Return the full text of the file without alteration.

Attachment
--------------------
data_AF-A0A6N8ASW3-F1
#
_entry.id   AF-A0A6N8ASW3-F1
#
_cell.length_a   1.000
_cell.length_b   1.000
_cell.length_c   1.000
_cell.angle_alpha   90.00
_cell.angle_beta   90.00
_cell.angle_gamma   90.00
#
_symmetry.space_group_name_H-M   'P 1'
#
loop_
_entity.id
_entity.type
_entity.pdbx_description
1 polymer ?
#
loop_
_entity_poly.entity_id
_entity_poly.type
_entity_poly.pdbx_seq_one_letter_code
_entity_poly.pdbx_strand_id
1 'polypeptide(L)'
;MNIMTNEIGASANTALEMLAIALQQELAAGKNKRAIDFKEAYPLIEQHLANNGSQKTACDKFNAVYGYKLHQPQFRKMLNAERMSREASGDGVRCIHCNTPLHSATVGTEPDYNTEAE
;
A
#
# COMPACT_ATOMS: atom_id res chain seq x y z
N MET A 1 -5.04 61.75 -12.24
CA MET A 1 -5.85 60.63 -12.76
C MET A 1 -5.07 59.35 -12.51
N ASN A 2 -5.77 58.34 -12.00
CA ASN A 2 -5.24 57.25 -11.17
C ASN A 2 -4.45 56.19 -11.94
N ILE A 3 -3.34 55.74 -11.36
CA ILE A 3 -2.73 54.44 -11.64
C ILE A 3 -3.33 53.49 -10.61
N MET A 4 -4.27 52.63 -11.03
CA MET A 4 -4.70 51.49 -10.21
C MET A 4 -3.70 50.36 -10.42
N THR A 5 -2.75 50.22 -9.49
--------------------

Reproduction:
data_AF-A0A6N8ASW3-F1
#
_entry.id   AF-A0A6N8ASW3-F1
#
_cell.length_a   1.000
_cell.length_b   1.000
_cell.length_c   1.000
_cell.angle_alpha   90.00
_cell.angle_beta   90.00
_cell.angle_gamma   90.00
#
_symmetry.space_group_name_H-M   'P 1'
#
loop_
_entity.id
_entity.type
_entity.pdbx_description
1 polymer ?
#
loop_
_entity_poly.entity_id
_entity_poly.type
_entity_poly.pdbx_seq_one_letter_code
_entity_poly.pdbx_strand_id
1 'polypeptide(L)'
;MNIMTNEIGASANTALEMLAIALQQELAAGKNKRAIDFKEAYPLIEQHLANNGSQKTACDKFNAVYGYKLHQPQFRKMLNAERMSREASGDGVRCIHCNTPLHSATVGTEPDYNTEAE
;
A
#
# COMPACT_ATOMS: atom_id res chain seq x y z
N MET A 1 -5.04 61.75 -12.24
CA MET A 1 -5.85 60.63 -12.76
C MET A 1 -5.07 59.35 -12.51
N ASN A 2 -5.77 58.34 -12.00
CA ASN A 2 -5.24 57.25 -11.17
C ASN A 2 -4.45 56.19 -11.94
N ILE A 3 -3.34 55.74 -11.36
CA ILE A 3 -2.73 54.44 -11.64
C ILE A 3 -3.33 53.49 -10.61
N MET A 4 -4.27 52.63 -11.03
CA MET A 4 -4.70 51.49 -10.21
C MET A 4 -3.70 50.36 -10.42
N THR A 5 -2.75 50.22 -9.49